Applying Color to Glass: Silicone Coatings
How do ceramic frit and silicone coatings compare?
Last week, we discussed the design flexibility of using ceramic frit to apply color to glass. This week, we will look at the versatility of silicone coatings, and how they compare and contrast to ceramic frit.
What are silicone coatings?
Suited for both exterior and interior applications, glass opacification is achieved when a silicone water-based elastomer liquid is combined with colored pigments and applied to the glass substrate.
Flood-coat applications are applied by
- spraying (automatic or manual)
- roll coating, or
- curtain coating.
What are the advantages of silicone coatings?
Since the coating does not require heat-treatment to cure, it can be applied to annealed, heat-strengthened, or tempered glass, after the tempering or heat-strengthening processes. Silicone coated glass is typically used on the No.2 surface of monolithic glass, or the No.4 surface of an insulating glass unit.
In addition to regular glass, silicone coatings can also be applied to tinted and pre-approved hard-coat low-emissivity reflective surfaces. Since the silicone coating has a tack-free rubber like finish and doesn’t require heat-treatment to cure, it does not alter the strength of glass, and provides fallout resistance for 6-millimeter monolithic tempered applications when applied at 13-millimeter wet film thickness (WFT). In the rare occurrence a minor scratch happens, it can be quickly touched up onsite, prior to installation.
Applications for silicone coated glass include cavity-backed:
- Wall cladding
- Back splashes
- Shower walls
- Glass marker boards
Ceramic Frit and Silicone Coatings: How do they compare?
Both ceramic frit and silicone offer a very extensive color palette, exact color matching, batch consistency, and they are both well suited for flood-coat spandrel and wall cladding applications. Ceramic frit has added benefits when applied with state-of-the-art digital printing technology, or by screen-printing, as it can be used for interior and exterior applications, and is ideal for decorative applications –including public art displays and installations where light transmission is desired through the decorated glass.
Ceramic frit and silicone options are both lead free with low VOCs in liquid form, and zero VOCs when cured, but silicone coatings are water-based, which means they are more environmentally friendly. Furthermore, heavy-metal-free pigment usage, transparency documentation, and Red List Free ingredients, silicone coatings qualify as “green,” which are all advantages for sustainably-focused building projects.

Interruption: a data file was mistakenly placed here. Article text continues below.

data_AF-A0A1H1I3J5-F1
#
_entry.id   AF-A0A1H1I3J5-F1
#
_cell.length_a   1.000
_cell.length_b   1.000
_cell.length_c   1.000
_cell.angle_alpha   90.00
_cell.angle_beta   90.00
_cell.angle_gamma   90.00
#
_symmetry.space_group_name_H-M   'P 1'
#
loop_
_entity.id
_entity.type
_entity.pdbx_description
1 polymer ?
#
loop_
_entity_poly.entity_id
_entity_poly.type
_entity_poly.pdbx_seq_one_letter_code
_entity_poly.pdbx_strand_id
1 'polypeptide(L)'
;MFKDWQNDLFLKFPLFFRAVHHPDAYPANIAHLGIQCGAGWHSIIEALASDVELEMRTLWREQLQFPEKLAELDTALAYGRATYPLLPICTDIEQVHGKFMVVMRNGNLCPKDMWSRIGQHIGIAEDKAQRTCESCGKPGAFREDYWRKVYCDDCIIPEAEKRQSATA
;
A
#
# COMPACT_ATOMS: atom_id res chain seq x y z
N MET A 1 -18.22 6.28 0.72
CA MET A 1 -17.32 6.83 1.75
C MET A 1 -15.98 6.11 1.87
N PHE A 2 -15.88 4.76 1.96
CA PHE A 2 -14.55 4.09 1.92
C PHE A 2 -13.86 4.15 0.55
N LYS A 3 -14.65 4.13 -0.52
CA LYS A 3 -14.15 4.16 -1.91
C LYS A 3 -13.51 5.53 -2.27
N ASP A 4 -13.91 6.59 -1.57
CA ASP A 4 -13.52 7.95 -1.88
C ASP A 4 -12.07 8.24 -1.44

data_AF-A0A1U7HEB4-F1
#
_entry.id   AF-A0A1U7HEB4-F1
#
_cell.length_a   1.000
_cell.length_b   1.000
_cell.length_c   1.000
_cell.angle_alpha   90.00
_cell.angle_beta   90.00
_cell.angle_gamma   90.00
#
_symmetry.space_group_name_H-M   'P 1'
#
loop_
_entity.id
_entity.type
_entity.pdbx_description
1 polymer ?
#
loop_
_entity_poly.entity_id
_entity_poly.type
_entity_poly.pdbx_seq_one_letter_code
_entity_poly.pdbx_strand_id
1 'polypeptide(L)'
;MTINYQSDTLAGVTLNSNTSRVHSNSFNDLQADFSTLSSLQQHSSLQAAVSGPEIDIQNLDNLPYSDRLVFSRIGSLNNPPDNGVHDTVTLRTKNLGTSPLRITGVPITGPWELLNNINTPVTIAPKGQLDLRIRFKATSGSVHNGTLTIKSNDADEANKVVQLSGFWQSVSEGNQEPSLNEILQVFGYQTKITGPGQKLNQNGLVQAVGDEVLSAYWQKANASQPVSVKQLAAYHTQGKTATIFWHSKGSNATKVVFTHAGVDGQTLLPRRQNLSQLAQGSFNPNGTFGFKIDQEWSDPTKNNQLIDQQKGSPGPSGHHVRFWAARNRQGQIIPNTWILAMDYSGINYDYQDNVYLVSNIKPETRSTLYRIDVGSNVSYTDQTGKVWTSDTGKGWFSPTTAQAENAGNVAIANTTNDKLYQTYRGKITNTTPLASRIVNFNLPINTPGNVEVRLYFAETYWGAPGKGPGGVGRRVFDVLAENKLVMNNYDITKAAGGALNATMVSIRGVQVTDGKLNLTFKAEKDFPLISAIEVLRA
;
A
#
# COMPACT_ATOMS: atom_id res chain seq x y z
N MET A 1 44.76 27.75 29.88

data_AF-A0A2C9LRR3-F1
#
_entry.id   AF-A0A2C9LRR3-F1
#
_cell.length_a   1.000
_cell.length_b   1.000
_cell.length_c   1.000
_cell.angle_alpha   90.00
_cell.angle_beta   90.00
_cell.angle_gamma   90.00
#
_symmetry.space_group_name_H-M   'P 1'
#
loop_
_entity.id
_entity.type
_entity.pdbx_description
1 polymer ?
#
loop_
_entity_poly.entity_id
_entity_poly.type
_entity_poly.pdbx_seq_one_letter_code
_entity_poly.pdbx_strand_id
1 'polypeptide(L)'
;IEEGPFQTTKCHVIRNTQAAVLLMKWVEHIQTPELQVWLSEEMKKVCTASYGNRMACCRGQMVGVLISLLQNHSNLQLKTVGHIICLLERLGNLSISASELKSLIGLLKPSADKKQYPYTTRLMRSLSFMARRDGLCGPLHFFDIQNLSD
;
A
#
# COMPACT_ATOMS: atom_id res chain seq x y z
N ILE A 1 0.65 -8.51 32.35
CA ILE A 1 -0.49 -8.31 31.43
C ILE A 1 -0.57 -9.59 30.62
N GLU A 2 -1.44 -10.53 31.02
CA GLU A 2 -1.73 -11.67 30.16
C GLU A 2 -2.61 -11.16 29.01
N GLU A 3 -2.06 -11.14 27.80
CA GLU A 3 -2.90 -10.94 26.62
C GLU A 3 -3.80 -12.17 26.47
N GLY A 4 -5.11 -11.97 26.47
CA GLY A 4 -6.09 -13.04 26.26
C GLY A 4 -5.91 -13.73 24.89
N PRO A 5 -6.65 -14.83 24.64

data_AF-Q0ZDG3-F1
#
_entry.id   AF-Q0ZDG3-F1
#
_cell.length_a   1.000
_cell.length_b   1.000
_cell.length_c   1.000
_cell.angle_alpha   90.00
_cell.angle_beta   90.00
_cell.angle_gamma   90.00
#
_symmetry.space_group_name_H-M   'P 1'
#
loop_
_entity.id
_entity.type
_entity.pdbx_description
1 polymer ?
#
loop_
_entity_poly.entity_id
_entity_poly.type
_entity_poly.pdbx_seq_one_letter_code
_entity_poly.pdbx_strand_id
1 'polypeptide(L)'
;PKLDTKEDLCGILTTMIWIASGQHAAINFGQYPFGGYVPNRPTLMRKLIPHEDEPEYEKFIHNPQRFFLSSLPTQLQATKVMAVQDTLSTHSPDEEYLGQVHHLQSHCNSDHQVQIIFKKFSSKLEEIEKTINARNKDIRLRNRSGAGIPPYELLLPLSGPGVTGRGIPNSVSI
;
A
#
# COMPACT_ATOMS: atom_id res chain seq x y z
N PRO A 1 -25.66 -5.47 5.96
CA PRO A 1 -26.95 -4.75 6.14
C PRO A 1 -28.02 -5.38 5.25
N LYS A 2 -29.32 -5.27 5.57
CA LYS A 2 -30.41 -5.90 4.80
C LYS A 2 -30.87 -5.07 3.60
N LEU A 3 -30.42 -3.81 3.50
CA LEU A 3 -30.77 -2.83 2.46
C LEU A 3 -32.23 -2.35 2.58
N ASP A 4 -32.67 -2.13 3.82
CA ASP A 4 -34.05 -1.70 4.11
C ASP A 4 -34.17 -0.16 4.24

Spandrel glass units must be tempered, or heat strengthened, silicone coatings can be used for both, but ceramic frit can only be tempered. For interior wall cladding applications, silicone has the advantage that it can be applied to annealed glass, whereas ceramic frit again must be tempered.
In the event of 6mm tempered glass breakage, the silicone coating, when applied at 13 mil wet film thickness (WFT), keeps the broken glass pieces intact, thereby naturally providing glass fallout resistance. To create this same level of protection for ceramic frit, an additional film must be applied to the back of the fritted glass.
Silicone coated glass must be fully cavity-backed and installed in applications that provide no access for human interaction post installation. If specific levels of solvent and/or water soak resistance are required for interior applications, silicone coatings should be perimeter-sealed for projects like wet backsplashes, shower walls, and writable surfaces.
Ceramic frit can be exposed to human interaction post installation, and has higher solvent and water soak resistance, meaning there is increased design freedom for project applications like glass partitions, railings, shower enclosures, marker boards, and furniture.
What are their applications?
Opaque spandrel glass
A common application for ceramic frit and silicone paint coatings is a fully opaque spandrel glass for glass facades. Spandrel is non-vision glazing that is typically incorporated into an insulating glass unit and used to conceal areas between floors, or in vertical perimeter areas, where mechanical, electrical, structural systems, components, columns, floors, or ceiling lines are located. It is both functional and aesthetic since the spandrel glass must complement the building envelope.
Other exterior applications
Wall claddings, curtain wall and storefronts are other applications for these color-rendering technologies. For example, designers might specify a creative mosaic of opaque colors in a building’s glass façade to achieve an architect’s vision.
For decorative applications, ceramic frit can be used to infuse an image, logo, or brand message onto the glass façade or wall cladding and may include vision applications such as glass wall partitions, windows, doors, skylights, and glass railings where light passes through.